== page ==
Wireline instruments can measure a host of petrophysical properties that form the basis of geological and petrophysical analysis of the subsurface. Measurements include self-potential, natural gamma ray, acoustic travel time, formation density, neutron porosity, resistivity and conductivity, nuclear magnetic resonance, borehole imaging, well bore geometry, formation dip and orientation, fluid characteristics such as density and viscosity and formation sampling.

The logging tool, also called a sonde , is located at the end of the wireline. The measurements are made by initially lowering sonde using the wireline to the prescribed depth and then recorded while raising it out of the well.

The sonde responses are recorded continuously on the way up creating a so-called "log" of the instrument responses. The tension on the line assures that the depth measurement can be corrected for elastic stretch of the wireline. This elastic stretch correction will change as a function of cable length, tension at surface called surface tension, Surf. Ten and at the tool end of the wireline called cablehead tension, CHT and the elastic stretch coefficient of the cable.

None of these are constants, so the correction has to be adjusted continuously between when starting the logging operation to recovery to the reference point usually surface, or zero depth point, ZDP. When producing wells require remedial work to sustain, restore or enhance production, this is called workover. Many times, workover operations require production shut-in, but not always. In workover operations, a well-servicing unit is used to winch items in and out of the wellbore.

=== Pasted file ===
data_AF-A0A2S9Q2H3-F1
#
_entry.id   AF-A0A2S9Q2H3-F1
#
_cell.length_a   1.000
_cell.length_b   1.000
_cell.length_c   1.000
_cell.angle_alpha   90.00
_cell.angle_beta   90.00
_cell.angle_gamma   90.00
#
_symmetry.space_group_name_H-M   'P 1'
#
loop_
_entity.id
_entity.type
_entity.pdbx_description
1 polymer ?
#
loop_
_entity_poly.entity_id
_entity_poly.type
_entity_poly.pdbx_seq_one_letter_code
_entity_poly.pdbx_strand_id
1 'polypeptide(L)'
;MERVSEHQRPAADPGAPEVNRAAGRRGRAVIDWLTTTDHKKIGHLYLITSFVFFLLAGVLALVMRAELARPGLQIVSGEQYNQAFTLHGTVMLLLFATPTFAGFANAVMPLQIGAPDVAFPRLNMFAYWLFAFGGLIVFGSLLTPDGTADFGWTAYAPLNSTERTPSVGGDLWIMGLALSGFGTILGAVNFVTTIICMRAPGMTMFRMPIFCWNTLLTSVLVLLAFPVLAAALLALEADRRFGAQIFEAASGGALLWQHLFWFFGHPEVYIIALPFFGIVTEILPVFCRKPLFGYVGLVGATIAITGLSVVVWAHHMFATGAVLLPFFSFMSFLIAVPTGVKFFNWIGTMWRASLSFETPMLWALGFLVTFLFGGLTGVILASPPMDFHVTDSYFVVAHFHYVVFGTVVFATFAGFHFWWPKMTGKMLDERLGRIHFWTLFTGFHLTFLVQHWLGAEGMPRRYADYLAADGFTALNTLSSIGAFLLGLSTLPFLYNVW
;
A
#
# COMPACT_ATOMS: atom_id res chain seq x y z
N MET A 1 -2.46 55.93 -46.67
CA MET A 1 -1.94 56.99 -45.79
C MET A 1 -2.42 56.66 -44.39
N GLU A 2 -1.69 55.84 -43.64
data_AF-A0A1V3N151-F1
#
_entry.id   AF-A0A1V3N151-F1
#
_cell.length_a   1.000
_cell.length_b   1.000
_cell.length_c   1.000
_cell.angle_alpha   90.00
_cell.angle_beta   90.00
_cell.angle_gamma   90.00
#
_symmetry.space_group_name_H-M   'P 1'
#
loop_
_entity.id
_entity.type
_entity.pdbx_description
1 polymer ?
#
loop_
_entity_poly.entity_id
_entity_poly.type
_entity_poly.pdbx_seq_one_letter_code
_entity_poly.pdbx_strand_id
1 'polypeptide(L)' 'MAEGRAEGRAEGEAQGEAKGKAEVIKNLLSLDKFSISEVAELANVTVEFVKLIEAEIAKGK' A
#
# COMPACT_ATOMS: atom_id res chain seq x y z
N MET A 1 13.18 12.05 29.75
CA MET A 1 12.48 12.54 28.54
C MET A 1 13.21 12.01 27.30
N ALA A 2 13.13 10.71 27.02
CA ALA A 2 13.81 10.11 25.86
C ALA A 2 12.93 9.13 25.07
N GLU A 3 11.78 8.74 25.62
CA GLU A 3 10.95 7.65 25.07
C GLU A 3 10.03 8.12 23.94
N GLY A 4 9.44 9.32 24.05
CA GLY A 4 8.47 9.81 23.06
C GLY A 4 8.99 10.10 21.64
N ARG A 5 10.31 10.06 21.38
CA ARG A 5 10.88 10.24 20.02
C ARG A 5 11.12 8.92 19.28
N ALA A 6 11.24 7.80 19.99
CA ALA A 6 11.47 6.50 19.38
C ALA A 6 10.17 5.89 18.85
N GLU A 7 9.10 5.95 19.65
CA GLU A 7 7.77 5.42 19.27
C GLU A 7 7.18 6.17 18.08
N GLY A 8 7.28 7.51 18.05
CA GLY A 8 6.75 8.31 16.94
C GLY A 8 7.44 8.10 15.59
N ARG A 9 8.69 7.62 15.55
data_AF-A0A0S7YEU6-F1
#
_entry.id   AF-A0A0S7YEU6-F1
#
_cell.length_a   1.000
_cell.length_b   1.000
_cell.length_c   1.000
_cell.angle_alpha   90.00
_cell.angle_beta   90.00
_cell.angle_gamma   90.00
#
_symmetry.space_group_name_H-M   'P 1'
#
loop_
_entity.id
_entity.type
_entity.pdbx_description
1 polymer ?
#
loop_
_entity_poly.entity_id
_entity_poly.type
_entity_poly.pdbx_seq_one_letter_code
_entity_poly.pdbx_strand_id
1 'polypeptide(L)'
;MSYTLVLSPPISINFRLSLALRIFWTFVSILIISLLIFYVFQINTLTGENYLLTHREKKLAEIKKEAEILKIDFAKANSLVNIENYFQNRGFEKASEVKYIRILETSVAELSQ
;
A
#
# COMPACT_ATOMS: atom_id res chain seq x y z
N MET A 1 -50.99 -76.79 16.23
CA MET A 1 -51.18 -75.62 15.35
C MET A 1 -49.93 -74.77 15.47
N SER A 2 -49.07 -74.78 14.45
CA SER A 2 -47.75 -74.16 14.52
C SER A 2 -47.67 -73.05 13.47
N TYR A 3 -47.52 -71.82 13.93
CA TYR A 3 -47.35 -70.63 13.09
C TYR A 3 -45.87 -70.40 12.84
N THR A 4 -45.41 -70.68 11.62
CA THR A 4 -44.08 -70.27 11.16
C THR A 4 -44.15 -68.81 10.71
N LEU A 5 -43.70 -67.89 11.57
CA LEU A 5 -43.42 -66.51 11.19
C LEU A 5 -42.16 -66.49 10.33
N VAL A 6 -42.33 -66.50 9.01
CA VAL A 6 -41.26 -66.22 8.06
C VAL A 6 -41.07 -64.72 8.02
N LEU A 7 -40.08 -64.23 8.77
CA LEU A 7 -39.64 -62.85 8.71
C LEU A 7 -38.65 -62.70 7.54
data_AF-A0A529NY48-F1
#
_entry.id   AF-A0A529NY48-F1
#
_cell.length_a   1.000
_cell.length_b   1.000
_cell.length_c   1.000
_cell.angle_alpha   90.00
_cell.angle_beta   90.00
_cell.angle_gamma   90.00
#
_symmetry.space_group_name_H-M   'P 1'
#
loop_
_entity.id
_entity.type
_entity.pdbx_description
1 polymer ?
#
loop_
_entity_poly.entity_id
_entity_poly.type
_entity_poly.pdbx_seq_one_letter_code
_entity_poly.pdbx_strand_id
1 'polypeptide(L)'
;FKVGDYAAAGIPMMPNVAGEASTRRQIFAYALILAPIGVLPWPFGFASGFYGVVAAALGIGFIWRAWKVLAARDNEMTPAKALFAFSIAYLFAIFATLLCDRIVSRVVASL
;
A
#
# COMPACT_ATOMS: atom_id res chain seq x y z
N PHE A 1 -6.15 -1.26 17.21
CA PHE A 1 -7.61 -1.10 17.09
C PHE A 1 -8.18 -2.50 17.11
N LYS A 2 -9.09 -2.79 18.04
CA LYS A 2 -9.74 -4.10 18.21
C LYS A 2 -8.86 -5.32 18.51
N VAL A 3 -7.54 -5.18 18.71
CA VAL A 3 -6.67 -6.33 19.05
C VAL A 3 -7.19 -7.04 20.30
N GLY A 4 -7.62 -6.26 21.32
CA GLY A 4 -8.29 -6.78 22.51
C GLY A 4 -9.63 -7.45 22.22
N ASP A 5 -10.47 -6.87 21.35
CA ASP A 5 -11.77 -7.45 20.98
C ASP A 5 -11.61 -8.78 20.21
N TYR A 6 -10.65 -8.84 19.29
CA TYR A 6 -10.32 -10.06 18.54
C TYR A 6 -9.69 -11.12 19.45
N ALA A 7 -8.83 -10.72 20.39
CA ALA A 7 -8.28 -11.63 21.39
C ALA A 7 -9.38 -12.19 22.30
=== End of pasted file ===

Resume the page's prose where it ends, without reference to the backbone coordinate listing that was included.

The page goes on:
The line used to raise and lower equipment can be braided steel wireline or a single steel slickline. Workover operations conducted can include well clean-up, setting plugs, production logging and perforation through explosives. Wireline tools are specially designed instruments lowered into a well bore on the end of the wireline cable. They are individually designed to provide any number of particular services, such as evaluation of the rock properties, the location of casing collars, formation pressures, information regarding the pore size or fluid identification and sample recovery.